Investigative coverage is getting a boost

  • Article by: NANCY BARNES , Star Tribune Editor
  • Updated: April 18, 2009 - 10:12 PM

That's what people expect of their local paper. Here's how we'll deliver.

The newsroom of nearly every newspaper, TV station and magazine in America is smaller now than it was a year ago, the result of the deep economic downturn and fundamental changes in the business. That means, more than ever, that we have to find a way to stake out our priorities and stay true to our core mission.

For us, we know that's delivering local news and information 24 hours a day, and most importantly, finding the stories that you won't see anywhere else. Earlier this year, I wrote about the need for a stronger commitment to pure digging and investigative work; many of you wrote back to tell me that you expected nothing less of a metro paper. Indeed, it's the main reason many readers subscribe.

So even as this industry undergoes a painful transformation, we want to break more exclusive stories and write more stories that make a difference in the region. That means making tough choices about how we use the people we have. Over the last few months, we've identified some of our more experienced reporters and writers and have asked them to dedicate more of their time to investigative reporting, looking for the not-so-obvious stories in our communities. We've also asked them to tackle specific areas, so that the investigative reports come from a broad spectrum of targets. In addition, top editors will work more closely with state and county government reporters to help them identify and develop harder-edged stories.

In today's paper, you'll see some examples of the type of stories we want to bring to you more often. Reporters Jim Walsh and Dick Meryhew deliver an exclusive report on the FBI's investigation of the American Somali community and any ties individuals may have to terrorism back home. Investigators are trying to determine whether the shocking story of a Minneapolis man who went back to Somalia and blew himself up in a suicide bombing was an isolated incident or part of a much broader effort to recruit terrorists in our own communities. You'll also find a deeply reported story by Paul McEnroe and Tony Kennedy examining what went awry with a police corruption probe in Minneapolis.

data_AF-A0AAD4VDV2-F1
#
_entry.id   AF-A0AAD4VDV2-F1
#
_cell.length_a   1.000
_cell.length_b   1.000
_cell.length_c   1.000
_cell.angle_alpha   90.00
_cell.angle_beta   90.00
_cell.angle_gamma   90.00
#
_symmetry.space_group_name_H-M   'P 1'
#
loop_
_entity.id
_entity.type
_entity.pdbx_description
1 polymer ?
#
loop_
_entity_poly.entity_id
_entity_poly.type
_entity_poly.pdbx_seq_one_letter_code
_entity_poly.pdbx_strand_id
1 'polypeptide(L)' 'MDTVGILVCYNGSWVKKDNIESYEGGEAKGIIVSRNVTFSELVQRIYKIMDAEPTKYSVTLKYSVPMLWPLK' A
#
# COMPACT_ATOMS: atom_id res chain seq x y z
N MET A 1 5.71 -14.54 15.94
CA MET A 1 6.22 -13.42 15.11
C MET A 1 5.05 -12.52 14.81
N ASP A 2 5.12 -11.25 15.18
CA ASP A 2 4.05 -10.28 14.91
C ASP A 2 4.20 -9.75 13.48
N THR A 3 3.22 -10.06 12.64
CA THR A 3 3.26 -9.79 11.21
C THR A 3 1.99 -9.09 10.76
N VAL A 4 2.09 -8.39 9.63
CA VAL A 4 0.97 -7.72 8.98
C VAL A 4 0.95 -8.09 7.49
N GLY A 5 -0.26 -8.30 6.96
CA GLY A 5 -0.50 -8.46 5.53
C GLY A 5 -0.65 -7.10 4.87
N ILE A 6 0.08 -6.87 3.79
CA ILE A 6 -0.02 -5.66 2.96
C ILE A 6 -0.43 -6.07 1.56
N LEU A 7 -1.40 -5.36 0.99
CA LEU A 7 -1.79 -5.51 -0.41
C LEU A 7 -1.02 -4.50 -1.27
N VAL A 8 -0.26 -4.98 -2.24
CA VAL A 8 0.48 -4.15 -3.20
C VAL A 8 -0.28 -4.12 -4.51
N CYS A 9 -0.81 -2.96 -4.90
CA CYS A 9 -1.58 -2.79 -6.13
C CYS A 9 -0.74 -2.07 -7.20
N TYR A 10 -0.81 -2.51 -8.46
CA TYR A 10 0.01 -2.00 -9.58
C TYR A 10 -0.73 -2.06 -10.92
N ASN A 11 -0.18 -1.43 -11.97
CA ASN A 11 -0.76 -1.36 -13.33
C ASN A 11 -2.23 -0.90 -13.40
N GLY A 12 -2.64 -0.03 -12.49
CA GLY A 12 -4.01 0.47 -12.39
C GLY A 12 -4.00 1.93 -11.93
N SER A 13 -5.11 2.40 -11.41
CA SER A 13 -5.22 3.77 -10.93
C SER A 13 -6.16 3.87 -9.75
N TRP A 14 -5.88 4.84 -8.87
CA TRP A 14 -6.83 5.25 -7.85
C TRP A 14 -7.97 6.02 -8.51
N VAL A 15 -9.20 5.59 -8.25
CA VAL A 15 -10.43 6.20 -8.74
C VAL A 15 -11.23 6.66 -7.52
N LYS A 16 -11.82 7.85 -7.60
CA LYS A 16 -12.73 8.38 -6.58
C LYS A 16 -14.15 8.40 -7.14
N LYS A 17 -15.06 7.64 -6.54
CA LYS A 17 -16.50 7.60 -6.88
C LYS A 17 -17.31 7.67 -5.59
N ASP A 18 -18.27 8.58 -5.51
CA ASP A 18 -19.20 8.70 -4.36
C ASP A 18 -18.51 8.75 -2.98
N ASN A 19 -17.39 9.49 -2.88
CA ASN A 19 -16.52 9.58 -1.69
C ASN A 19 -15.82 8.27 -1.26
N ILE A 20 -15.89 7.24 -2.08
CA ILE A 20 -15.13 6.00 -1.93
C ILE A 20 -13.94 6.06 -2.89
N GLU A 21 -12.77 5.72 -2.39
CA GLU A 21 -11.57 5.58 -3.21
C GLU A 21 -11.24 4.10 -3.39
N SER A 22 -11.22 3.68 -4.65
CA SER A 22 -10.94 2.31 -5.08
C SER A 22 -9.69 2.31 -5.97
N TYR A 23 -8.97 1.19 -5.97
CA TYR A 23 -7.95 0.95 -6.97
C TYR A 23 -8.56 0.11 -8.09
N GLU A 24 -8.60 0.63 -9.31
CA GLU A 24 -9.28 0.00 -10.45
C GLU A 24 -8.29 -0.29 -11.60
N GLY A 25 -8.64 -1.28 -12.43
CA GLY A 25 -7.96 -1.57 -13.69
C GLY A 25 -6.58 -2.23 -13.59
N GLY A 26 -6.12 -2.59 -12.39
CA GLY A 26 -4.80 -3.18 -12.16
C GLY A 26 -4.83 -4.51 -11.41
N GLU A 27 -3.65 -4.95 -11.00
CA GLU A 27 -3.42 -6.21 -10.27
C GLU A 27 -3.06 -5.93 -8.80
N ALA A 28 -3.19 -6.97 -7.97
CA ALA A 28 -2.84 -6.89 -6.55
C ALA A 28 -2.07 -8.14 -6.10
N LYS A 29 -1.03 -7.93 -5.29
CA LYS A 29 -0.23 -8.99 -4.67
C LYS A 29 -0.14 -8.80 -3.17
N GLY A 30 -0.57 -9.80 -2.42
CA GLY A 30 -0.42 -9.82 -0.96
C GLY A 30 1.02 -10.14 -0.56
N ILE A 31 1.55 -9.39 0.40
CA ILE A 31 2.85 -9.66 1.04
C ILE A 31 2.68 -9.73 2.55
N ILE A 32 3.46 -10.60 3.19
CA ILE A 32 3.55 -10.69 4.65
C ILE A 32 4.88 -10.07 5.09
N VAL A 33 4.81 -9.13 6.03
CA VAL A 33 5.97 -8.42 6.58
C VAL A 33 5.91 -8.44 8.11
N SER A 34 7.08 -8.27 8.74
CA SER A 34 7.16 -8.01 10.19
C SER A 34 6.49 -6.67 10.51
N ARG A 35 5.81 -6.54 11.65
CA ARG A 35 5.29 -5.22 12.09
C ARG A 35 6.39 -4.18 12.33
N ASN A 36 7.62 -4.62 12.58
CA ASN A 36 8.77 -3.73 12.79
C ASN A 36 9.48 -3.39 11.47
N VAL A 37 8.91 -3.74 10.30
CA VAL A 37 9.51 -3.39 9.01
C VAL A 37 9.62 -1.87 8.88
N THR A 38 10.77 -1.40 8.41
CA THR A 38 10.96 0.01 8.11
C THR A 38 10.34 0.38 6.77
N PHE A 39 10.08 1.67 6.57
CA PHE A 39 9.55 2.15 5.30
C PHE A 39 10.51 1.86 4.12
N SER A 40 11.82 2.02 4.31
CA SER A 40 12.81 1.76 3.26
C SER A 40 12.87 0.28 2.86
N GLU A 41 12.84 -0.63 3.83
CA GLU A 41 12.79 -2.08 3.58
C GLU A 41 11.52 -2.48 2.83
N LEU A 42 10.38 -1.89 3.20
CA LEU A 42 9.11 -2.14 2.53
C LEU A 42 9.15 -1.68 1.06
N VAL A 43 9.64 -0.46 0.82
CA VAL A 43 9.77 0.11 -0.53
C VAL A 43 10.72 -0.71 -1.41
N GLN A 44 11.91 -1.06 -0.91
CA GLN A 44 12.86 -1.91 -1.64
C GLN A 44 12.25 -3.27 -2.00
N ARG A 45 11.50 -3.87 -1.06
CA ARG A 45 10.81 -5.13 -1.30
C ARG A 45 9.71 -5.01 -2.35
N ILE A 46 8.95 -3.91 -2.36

These are just two of the many important stories unfolding around us that demand more answers. We also want to help you find out, for instance, whether government is spending your money wisely, if your money in a local company is well-invested, whether community banks are stable and safe, and whether your hospitals are treating you well.

To encourage readers and the public to help us, we are developing an investigators' page on our website where readers can find the names of reporters they should talk to, as well as our best investigative work.

I want to introduce these reporters to our readers, because we know that the best sources for great stories come from the community. I invite you to contact them if you know of problems in our community, or about wrongdoing that we should be reporting on.

Business and commerce: Jennifer Bjorhus ( and Chris Serres (

Health: Josephine Marcotty (marcotty and Maura Lerner (

General assignment, agriculture and Department of Natural Resources: Dave Shaffer (

General assignment, education and transportation: Tony Kennedy (

General assignment and quasi-government agencies: Paul McEnroe (

Computer-assisted reporting and human-services issues: Glenn Howatt (

Whistleblower: James Shiffer (jshiffer, Pam Louwagie (plouwagie and a reporter to be named. (Louwagie will also keep an eye on corrections.)

The whistleblower reporters work tips that come directly from the community. In short time, this has proven to be remarkably effective as a reporting tool, and as a way of connecting with readers. Thank you for your tips and, please, keep them coming.

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